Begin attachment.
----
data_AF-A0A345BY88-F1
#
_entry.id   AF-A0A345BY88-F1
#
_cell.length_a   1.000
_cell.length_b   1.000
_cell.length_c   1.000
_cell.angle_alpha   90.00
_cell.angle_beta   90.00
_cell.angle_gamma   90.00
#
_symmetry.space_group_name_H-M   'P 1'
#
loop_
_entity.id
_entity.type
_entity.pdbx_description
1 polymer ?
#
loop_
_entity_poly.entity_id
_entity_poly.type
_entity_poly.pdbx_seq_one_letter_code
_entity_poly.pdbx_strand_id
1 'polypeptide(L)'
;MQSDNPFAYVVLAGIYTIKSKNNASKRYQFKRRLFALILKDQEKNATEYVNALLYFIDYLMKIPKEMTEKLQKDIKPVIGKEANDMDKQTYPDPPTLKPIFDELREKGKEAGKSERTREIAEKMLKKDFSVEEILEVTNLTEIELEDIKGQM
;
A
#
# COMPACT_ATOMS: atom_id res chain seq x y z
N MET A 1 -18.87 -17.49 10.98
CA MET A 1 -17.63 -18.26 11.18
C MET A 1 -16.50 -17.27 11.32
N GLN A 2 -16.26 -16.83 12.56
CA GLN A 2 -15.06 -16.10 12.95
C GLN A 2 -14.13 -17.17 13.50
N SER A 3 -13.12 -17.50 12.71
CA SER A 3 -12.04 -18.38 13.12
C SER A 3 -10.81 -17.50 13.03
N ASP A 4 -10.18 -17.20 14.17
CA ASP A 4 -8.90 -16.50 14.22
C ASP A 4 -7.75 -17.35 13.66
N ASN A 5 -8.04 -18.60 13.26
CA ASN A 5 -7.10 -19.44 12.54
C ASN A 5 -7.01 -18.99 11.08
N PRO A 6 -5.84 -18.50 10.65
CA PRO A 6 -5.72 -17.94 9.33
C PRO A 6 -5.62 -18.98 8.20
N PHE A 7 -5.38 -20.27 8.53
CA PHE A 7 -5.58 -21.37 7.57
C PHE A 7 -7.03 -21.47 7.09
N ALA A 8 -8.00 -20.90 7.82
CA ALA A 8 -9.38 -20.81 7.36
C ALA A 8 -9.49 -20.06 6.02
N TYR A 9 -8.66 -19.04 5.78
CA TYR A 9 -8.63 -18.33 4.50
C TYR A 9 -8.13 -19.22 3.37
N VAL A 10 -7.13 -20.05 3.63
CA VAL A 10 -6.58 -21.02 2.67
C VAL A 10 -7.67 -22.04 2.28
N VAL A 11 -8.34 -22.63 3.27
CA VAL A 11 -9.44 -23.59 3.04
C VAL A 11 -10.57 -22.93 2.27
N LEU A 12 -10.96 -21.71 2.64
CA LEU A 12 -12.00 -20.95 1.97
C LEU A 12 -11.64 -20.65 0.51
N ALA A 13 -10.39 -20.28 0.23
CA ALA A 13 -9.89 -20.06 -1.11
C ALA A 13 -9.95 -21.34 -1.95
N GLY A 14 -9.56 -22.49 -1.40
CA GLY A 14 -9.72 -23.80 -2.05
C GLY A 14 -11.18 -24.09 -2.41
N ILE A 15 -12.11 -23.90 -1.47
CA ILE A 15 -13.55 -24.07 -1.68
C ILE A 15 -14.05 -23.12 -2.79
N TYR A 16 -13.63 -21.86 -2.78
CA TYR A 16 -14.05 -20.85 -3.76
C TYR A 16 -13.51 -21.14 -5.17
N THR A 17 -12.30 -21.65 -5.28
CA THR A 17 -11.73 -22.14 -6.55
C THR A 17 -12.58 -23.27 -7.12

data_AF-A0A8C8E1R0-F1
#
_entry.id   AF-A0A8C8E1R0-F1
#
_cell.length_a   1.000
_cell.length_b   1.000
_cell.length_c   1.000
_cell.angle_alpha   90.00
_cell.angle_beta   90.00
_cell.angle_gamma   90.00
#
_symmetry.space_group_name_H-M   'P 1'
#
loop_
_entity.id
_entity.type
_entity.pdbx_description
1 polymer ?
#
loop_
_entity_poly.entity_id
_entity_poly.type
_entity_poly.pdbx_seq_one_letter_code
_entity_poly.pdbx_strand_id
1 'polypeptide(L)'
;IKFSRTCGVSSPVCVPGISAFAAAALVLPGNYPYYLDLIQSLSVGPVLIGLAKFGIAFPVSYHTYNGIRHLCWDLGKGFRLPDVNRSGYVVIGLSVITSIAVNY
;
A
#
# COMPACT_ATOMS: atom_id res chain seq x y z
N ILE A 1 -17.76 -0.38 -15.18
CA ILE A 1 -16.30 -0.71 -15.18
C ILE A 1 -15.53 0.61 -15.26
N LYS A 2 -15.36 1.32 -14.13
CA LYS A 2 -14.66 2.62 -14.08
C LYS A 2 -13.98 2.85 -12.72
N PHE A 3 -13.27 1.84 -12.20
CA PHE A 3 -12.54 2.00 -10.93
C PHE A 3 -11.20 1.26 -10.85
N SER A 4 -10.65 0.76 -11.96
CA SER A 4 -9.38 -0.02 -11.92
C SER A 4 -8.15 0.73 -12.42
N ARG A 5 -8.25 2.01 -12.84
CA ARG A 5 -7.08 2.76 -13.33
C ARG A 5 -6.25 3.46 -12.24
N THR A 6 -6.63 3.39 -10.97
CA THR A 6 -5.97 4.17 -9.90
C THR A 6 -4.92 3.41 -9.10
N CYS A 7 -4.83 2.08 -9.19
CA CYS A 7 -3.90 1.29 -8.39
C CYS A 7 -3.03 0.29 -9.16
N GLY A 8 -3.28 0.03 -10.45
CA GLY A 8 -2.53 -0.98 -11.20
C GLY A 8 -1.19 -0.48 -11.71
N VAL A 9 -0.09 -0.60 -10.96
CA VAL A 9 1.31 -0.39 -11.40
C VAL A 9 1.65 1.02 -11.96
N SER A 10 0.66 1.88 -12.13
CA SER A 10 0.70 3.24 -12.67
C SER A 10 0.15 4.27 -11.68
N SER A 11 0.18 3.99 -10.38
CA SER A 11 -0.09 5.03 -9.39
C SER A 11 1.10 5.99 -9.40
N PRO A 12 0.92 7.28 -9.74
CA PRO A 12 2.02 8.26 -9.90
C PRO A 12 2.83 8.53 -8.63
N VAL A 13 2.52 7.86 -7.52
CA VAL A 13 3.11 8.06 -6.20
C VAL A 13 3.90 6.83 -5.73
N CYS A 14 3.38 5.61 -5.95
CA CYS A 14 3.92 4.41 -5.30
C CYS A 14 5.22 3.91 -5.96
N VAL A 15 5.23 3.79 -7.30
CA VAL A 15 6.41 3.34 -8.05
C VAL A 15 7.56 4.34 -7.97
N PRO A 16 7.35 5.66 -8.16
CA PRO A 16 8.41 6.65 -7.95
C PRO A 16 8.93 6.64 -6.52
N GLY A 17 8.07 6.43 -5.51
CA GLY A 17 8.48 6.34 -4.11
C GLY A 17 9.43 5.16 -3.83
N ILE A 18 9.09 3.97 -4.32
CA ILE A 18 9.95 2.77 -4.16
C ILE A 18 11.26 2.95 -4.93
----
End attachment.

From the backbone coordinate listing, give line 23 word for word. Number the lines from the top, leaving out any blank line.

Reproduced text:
_entity_poly.pdbx_seq_one_letter_code